Consumers feel the pinch as phishers take a large bite

News by SC Staff

Consumers are losing an average of £500 a year on phishing attacks.

Consumers are losing an average of £500 a year on phishing attacks.

According to McAfee Avert Labs' new financial fraud research, the UK saw a decrease in online banking fraud in 2007 after a sharp rise in 2006. The first half of 2009 showed a 185 per cent increase compared to last year.

However the report claimed that 80 per cent of bank emails are fraudulent, and that many users will not hesitate to enter personal information. The brands attacked are primarily American and English banks, with RSA claiming that 72 per cent of attacks are carried out against American banks. Gartner estimated that the average loss per victim in the United States is US$886 (£531).

The report also claimed that auction fraud is one of the biggest concerns among authorities. A 2008 survey by Consumer WebWatch found that more than one in four New York state residents who have used an online auction had experienced a scam or deceptive practice.

Eleven per cent of users of online auction sites reported that they never received the goods they bid on, making this the most common complaint. In addition, seven per cent of survey respondents who received their goods said that they were not in usable condition.

In the case of false payments to a seller, the buyer claims to live in a foreign country and requests a bank identifier code or an international bank agency number from the seller. This often involves the sale of a vehicle that an intermediary for the buyer will pick up.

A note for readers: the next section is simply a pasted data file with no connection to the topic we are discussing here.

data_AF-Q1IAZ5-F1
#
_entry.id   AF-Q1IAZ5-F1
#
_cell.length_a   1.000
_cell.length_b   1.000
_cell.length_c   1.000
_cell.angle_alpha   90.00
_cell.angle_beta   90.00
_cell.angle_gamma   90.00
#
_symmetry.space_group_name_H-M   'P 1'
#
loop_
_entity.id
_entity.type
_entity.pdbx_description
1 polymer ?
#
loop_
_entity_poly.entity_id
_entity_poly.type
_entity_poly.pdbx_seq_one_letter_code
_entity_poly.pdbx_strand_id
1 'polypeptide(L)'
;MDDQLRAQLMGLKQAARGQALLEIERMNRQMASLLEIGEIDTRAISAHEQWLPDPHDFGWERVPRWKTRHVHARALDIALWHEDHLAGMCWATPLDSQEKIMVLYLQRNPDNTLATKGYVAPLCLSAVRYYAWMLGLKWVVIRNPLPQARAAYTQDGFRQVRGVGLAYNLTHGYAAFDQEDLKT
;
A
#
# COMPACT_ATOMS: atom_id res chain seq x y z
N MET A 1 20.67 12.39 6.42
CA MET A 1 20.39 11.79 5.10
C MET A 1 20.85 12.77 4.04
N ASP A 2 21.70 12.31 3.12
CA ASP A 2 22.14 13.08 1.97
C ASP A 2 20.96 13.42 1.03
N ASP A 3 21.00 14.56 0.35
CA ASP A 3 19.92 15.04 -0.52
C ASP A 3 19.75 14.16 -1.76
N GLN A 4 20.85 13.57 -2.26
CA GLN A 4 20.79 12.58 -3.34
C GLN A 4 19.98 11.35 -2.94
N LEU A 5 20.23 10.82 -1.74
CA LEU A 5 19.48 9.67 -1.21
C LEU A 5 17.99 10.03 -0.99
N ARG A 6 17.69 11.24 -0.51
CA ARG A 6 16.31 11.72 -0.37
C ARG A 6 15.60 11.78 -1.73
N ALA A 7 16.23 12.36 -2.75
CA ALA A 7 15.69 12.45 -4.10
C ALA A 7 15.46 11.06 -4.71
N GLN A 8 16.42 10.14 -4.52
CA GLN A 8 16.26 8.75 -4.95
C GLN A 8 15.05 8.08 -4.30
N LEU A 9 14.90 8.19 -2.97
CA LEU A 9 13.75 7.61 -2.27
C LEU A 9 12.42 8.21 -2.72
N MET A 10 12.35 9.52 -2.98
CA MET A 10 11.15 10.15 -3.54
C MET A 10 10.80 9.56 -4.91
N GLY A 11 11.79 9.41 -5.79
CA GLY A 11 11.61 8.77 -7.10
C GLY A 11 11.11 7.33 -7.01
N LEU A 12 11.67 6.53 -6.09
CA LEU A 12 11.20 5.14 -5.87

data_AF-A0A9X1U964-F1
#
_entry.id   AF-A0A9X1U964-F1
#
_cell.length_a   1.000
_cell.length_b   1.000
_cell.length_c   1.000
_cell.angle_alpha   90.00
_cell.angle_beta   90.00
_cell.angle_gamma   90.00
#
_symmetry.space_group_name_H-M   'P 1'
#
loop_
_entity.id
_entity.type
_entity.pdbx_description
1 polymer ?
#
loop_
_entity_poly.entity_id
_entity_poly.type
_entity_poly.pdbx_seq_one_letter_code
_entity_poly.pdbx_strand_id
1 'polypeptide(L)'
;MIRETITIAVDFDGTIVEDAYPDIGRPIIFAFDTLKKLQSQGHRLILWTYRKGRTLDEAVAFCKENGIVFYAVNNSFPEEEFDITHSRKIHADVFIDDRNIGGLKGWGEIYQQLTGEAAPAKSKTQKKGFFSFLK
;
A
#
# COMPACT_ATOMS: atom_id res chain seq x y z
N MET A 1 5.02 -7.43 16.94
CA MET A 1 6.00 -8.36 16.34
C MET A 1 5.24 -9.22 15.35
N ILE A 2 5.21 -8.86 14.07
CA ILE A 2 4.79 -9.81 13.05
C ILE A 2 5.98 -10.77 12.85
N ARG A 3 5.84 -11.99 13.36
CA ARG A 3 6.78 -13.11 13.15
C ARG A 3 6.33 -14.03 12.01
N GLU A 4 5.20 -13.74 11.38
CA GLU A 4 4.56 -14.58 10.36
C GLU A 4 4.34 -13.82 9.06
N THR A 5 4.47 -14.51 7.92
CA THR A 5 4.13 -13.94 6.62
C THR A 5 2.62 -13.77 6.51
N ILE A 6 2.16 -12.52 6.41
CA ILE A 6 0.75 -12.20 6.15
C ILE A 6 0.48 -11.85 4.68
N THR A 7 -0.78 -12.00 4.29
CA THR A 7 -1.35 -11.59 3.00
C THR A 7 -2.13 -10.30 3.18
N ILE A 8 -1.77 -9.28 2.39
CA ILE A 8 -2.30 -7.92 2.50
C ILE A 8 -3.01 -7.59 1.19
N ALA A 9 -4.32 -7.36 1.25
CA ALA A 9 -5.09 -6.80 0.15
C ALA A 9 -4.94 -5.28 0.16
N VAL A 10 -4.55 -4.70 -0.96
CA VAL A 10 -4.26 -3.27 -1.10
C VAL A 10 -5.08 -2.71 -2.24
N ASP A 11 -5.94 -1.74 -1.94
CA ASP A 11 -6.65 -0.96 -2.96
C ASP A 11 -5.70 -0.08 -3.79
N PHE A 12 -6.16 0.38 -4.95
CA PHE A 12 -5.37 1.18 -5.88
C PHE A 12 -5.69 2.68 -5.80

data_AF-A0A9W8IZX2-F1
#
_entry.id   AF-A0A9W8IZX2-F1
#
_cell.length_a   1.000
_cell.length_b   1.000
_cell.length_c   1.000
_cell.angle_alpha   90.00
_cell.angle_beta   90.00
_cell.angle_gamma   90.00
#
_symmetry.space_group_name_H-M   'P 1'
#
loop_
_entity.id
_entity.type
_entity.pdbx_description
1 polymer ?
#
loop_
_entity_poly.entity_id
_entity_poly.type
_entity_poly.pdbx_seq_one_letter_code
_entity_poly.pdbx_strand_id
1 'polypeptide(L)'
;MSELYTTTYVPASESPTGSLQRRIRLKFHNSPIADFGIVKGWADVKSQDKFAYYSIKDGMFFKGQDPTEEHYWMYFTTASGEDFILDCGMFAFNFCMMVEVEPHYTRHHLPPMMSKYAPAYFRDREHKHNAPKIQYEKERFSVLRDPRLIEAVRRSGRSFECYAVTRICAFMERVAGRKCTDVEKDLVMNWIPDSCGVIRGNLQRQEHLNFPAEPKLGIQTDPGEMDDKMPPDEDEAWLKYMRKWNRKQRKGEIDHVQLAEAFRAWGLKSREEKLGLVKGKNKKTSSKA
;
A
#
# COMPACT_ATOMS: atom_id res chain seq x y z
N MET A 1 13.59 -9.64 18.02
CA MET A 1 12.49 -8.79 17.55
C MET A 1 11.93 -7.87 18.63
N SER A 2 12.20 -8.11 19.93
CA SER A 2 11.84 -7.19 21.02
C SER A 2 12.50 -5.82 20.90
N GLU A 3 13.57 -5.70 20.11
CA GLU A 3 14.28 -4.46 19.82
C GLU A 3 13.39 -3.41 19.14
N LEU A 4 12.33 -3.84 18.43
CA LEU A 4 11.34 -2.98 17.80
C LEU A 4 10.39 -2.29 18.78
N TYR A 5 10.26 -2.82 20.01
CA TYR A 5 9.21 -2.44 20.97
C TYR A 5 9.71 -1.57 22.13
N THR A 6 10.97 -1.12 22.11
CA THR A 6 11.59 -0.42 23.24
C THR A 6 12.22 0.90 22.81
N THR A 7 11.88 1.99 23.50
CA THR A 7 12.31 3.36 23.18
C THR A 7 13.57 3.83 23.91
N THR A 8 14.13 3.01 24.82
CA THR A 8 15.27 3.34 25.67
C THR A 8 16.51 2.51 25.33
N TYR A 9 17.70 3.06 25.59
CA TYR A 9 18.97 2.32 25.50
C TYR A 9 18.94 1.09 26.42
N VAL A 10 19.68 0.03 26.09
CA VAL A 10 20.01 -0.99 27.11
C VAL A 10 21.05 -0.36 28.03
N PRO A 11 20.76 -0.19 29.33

The seller's account is credited, and the car is picked up very quickly. Some time later, the payment is cancelled because the transfer was not a true transfer but, thanks to the bank identifier code, a simple cheque deposit. The cheque being insufficiently funded, stolen, or forged, the transaction is cancelled. The intermediary is often a mule.

Report author François Paget, senior malware research engineer at McAfee Avert Labs in France, claimed that nine years after the ‘I love you' virus appeared, many internet users remain vulnerable.

Paget said: “Optimists say that users are less impulsive about double clicking on email attachments and that they are beginning to be wary about unusual requests, such as a mirror site may present. This may be true, but new internet subscribers form an inexhaustible reserve of naive people.

“To reach the gullible as well as the experienced, cybercriminals are developing new attack methods and new traps. One example is clickjacking.”

Tracey Mooney, McAfee's unofficial chief cyber security ‘mum', said: “My mother was looking for a job a few months ago. Because she knows her way around the computer a bit, she was using it to find a job. The problem? She didn't realise that not all the jobs that were hitting her email inbox were from legitimate companies.

“One of those companies wanted her bank account information with her application. Luckily, I am her daughter and I was able to talk to her about phishing scams and show her how to do her homework before applying to a job she finds online."


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